By Brandon Mavleos, Sr Director of Product Marketing
If necessity is the mother of invention, then we can assume private equity (PE) dealmakers have come up with some inventive strategies over the past year. As businesses scrambled to respond to the COVID-19 pandemic in the first half of 2020, many PE firms found themselves putting conventional exit plans on hold. With traditional sales and IPOs basically off the table in many sectors, it was time to get creative. And PE dealmakers did just that.
On one end of the spectrum, PE dealmakers began exploring less frequently used options to capitalize on the red-hot equities market: debt financing, private investment in public equity deals (PIPEs), and special purpose acquisition companies (SPACs), to name a few. On the other, many PE firms looked inward, examining their own operations for opportunities to streamline dealmaking and exit processes.
What approaches have PE firms pursued in these unprecedented times? How are PE dealmakers rethinking deal preparation, marketing, and due diligence? What role will technology play in helping increase returns and investor confidence in the future? We surveyed more than 500 global PE professionals to find out. You can find the details in our latest Private Equity Market Brief on Exits with market data provided by PitchBook. Here are some of the highlights.
In the first half of the report, Datasite joined forces with Pitchbook to examine macro-level trends. Among the findings:
COVID-19 did not affect all sectors equally, and several, such as healthcare and IT, continued to present strong exit opportunities. Looking ahead, many PE professionals hope to offload previous investments in sub-sectors such as home fitness, media, and consumer goods that have benefited from the pandemic and that look promising relative to the broader economy.
Direct listings and private secondary exchanges for employee liquidity are not historically associated with the PE realm. But PE-backed companies have found iterations of these strategies to suit their needs. SPACs, for example, dominated headlines in the final stretch of 2020, raising the most capital ever by far.
While PE dealmaking reflected heightened investor caution, liquidity stayed relatively flat. Overall, exit volume was beginning to decline in 2019 after a five-year stretch of record PE liquidity. Figures for 2020 continued this year-over-year decline but actually remained quite healthy relative to pre-2015 numbers. In fact, the strong exit sizes suggest recovery is already occurring, presenting a relatively bright picture for PE sellers. All in all, the exit environment remains marked by relative confidence as we begin 2021.
The second half of the report focuses on responses from PE professionals to the Datasite survey. One thing that immediately stood out: just how complex the dealmaking process has become. In particular, M&A exit preparation, deal marketing, and due diligence consume a huge amount of time and effort. Of the 563 corporates Datasite surveyed, more than two thirds (67%) named due diligence as the most time-consuming stage of the M&A process, taking one to three months, on average.
Fortunately, PE leaders also believe these processes could benefit substantially from digitalization. Survey respondents anticipate that new technology will yield substantial improvements across three key areas:
PE leaders believe sound exit preparation—focused on readiness, transparency, and ongoing value creation—can have a huge impact on returns. Many begin working with portfolio company executives as early as 18 months before a prospective exit to start populating a secure data room with exit documents. And 44% of respondents believe this is a key area that will benefit from digitalization.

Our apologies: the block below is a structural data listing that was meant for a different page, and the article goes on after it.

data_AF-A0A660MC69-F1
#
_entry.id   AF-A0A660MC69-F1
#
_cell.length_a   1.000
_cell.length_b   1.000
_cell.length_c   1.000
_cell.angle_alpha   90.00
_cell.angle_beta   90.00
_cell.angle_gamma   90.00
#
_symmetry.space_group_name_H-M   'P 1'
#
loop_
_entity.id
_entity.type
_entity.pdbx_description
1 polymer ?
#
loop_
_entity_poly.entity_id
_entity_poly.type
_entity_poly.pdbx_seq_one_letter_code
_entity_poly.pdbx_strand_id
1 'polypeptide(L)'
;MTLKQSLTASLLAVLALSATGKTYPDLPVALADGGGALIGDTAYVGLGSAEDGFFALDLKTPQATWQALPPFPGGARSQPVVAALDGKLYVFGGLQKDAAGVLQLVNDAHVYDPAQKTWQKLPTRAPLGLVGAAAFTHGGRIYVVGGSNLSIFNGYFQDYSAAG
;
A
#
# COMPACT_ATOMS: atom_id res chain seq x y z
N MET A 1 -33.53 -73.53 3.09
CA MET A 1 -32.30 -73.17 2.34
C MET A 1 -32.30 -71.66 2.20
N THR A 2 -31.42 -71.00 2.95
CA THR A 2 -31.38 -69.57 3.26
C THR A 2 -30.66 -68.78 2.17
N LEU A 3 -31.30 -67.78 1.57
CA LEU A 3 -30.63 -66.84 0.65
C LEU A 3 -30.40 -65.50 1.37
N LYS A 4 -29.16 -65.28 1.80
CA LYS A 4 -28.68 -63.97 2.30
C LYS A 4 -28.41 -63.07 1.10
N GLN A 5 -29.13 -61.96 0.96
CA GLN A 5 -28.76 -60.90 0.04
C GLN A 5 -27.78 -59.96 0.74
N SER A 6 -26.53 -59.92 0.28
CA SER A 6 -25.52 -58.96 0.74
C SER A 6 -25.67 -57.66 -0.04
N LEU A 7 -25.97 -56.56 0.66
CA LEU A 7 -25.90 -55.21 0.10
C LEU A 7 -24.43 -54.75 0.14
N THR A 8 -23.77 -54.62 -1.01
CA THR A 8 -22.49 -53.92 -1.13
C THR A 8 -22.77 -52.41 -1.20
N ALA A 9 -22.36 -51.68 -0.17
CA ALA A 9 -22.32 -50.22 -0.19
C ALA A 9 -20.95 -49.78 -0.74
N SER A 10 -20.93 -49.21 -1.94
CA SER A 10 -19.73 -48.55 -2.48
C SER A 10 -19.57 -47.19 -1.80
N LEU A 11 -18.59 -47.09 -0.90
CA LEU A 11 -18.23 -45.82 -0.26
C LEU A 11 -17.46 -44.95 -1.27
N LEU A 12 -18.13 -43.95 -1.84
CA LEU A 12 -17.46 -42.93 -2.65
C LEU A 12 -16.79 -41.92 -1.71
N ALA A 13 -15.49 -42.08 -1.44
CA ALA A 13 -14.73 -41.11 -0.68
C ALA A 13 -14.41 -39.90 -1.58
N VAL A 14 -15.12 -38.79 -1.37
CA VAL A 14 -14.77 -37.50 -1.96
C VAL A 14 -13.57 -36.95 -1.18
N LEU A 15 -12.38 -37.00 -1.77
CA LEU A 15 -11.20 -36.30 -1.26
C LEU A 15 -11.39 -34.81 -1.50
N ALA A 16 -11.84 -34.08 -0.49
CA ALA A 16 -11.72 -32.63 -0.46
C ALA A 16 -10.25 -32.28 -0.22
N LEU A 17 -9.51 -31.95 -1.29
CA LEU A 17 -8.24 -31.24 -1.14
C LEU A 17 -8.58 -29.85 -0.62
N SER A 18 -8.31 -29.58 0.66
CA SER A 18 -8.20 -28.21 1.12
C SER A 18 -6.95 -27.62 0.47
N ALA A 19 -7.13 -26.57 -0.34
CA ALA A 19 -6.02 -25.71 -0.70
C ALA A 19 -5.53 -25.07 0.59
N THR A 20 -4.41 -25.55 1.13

Overall, respondents saw significant room for improvement in current deal marketing and communications processes. Nearly half, for example, cited lack of insight into buyer behavior across deal marketing projects to be a major barrier. Fortunately, this is another key area where digitalization can help, automating many manual processes and providing much more visibility into buyer engagement.
Respondents believe that due diligence represents a huge opportunity for digital tools to automate and accelerate current processes. A majority of PE leaders expect new digital technologies to cut due diligence timelines in the future to one month or less .
The journey to full digitalization will take time, but this is all good news for the future. After all, the goal for PE firms is not just realizing returns but keeping investors motivated to continue investing. From that perspective, investments they make to streamline exit preparation and due diligence can yield significant returns, removing friction for buyers and enhancing the firm’s brand equity.
Want to know more about the state of private equity, what we can expect in 2021, and our top recommendations to digitize PE dealmaking? Download the report now.
Datasite assembled a panel of legal experts to dissect current market conditions and what to expect in the months ahead for M&A and capital markets. Here are three takeaways from the discussion.
The PIPE, or private investment in public equity, is a critical step in the transformation of a blank check vehicle into an operating public company. Though PIPE offerings are hardly new to the capital markets, the recent rise in special purpose acquisition companies (SPACs) has brought these capital raises along for the ride.
Much like a great recipe, a successful buy-side transaction is a skillful blend of key ingredients and execution. And the higher the quality of the ingredients, the better the end result. So, what are the critical elements you should focus on to achieve a positive outcome?